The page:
Being wrong is not a weakness, it is a strength


I feel like I’ve caught my eye on a few sharp sticks over the past week. I’m not talking about my positions, some of them treat me worse than that, but when it comes to tweets or emails received. It seems if I don’t recommend your actions (not you, reading this right now, but a more generalized you) then I’m an idiot. Or if I don’t adopt your style then, again, I’m an idiot. Or another period. Or a specific asset class. Or, well, you get the point.

And while I might be an idiot, it’s for other reasons. Ironically, if opposing views weren’t there, we wouldn’t have much of a market. Idiots, like me, are necessary for the geniuses of the world to prosper.

The hard truth is that most people react before taking the time to understand another person’s opinion or point of view, unless that person’s opinion matches theirs. Then all is well.

It’s not just with stocks, but anything of value. Last weekend I saw a tweet in which the person ironically bragged about “hacking” NFTs using the record command under the right click and now his wallet was worth 8 trillion dollars or something ridiculous. In a tweet, I realized that this person had done absolutely no research on NFT beyond reading from people who probably share the same myopic view.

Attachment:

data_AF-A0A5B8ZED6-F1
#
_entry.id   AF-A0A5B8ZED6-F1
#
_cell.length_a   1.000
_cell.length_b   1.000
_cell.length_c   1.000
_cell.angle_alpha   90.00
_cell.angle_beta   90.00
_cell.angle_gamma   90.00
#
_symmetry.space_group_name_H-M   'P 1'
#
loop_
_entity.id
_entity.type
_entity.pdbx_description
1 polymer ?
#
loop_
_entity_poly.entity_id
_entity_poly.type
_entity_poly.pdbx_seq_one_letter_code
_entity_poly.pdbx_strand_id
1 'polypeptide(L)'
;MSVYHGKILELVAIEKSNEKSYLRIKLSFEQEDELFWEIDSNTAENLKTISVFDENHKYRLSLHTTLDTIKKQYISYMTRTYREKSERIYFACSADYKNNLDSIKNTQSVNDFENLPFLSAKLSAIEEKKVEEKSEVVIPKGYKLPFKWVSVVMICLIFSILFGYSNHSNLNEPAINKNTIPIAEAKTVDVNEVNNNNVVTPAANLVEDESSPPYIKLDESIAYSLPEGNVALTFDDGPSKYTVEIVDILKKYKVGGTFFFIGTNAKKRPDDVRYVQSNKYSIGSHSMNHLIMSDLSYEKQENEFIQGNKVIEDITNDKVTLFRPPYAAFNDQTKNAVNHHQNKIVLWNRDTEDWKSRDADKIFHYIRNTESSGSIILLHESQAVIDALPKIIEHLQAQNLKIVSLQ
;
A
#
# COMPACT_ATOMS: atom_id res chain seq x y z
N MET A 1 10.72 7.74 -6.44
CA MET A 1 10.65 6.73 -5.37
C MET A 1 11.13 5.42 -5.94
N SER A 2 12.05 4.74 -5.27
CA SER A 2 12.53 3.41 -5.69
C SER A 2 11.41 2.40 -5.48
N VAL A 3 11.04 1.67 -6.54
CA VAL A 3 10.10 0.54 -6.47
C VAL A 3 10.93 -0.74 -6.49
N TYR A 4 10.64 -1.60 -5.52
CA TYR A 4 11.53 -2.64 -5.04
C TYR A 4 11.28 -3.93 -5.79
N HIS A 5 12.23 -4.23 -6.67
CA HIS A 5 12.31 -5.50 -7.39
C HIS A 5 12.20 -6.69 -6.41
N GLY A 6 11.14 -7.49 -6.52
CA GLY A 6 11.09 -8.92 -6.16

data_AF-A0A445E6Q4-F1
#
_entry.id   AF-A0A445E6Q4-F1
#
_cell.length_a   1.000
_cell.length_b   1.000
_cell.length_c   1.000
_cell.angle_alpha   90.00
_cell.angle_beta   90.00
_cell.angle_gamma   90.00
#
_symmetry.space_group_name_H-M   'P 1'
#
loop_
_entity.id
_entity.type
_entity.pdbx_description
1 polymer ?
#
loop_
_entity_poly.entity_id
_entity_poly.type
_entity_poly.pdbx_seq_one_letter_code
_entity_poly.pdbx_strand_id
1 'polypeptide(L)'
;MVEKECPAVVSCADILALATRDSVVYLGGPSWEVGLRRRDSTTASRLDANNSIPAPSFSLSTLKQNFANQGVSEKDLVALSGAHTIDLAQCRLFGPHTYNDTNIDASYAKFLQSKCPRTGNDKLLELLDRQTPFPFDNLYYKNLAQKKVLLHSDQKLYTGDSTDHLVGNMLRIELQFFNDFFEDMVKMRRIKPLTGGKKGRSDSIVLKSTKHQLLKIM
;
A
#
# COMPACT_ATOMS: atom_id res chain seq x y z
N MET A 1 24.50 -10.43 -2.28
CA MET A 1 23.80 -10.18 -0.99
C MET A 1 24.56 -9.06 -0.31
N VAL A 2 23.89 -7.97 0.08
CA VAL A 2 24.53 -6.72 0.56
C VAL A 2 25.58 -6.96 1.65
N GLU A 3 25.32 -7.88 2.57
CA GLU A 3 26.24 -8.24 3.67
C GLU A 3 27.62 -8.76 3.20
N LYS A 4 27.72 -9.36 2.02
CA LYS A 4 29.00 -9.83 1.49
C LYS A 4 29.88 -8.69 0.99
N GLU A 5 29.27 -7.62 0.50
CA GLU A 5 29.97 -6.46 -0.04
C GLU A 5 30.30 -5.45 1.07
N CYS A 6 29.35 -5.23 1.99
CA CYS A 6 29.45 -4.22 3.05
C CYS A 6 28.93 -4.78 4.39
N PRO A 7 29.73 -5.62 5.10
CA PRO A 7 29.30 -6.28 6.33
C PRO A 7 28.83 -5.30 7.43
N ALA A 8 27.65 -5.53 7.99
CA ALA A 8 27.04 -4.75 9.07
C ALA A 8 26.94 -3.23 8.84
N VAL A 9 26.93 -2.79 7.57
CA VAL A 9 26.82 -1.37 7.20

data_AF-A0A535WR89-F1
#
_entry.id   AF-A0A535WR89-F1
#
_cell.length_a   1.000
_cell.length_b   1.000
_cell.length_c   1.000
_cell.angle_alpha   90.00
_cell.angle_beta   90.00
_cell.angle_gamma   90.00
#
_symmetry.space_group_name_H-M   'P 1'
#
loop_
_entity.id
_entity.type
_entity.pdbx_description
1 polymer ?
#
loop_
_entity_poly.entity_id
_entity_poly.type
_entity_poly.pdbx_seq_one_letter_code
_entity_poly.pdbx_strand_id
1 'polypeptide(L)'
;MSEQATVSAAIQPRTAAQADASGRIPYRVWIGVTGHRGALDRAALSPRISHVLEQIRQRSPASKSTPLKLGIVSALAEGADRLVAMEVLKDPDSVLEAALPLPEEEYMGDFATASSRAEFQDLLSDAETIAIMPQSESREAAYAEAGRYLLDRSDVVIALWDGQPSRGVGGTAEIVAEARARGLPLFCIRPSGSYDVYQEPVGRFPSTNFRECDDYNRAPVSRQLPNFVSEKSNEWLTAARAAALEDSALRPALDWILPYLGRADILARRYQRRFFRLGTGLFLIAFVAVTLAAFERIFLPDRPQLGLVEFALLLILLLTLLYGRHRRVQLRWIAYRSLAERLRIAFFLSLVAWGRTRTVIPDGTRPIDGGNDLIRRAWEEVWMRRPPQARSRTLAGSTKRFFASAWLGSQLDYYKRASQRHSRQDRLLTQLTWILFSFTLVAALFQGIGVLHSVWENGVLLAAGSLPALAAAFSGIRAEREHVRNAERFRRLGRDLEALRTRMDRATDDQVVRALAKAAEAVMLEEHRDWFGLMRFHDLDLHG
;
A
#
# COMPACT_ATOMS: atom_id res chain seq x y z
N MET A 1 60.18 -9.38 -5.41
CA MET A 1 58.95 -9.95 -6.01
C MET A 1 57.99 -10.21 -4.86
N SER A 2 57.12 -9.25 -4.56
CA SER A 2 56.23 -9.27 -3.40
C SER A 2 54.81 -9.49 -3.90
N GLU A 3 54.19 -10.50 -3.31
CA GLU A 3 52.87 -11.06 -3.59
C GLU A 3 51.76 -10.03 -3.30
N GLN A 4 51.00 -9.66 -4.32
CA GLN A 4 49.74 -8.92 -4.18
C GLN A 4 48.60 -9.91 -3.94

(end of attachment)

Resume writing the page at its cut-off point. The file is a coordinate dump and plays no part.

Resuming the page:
Why are we inclined to do this?

In my opinion, we hate to think we are wrong about anything. It is seen as a weakness. Ironically, it is a force. The best traders and investors I know openly admit a mistake. They are learning from it. And, above all, they move away from it rather than dwell on the past.

In addition, there is jealousy in some cases. It can be hard to see other people succeed, especially if the way they make money doesn’t speak to you. Worse yet, if you see them as “below” or less intelligent than you. It can be difficult to see new people coming into the market and making huge sums of money, taking uncontrollable risks and breaking all the rules. However, most investment rules are statistical probabilities spread over long periods of time. It’s like sitting at a blackjack table and hitting 20 hands in a row that you win. Eventually the casino will catch up, but if you’re smart enough to get up from the table at the right time, you’ll do well.

The last part is understanding. When we don’t understand something, we often fall back on the idea that it’s stupid. Or stupid. Or ridiculous. Pick your favorite insult for lack of intelligence and place it here. Again, it’s a diversion to feel inadequate or ignorant.

In the end, all that matters is what you did, not what someone else traded or talked about. The more you become obsessed with other people and the more you focus on insults, I guess the worse you are likely to do with your trading and investing decisions. However, by taking the time to understand why others might think or act differently from you, you might just open doors to opportunities or help you avoid holding onto something for too long.

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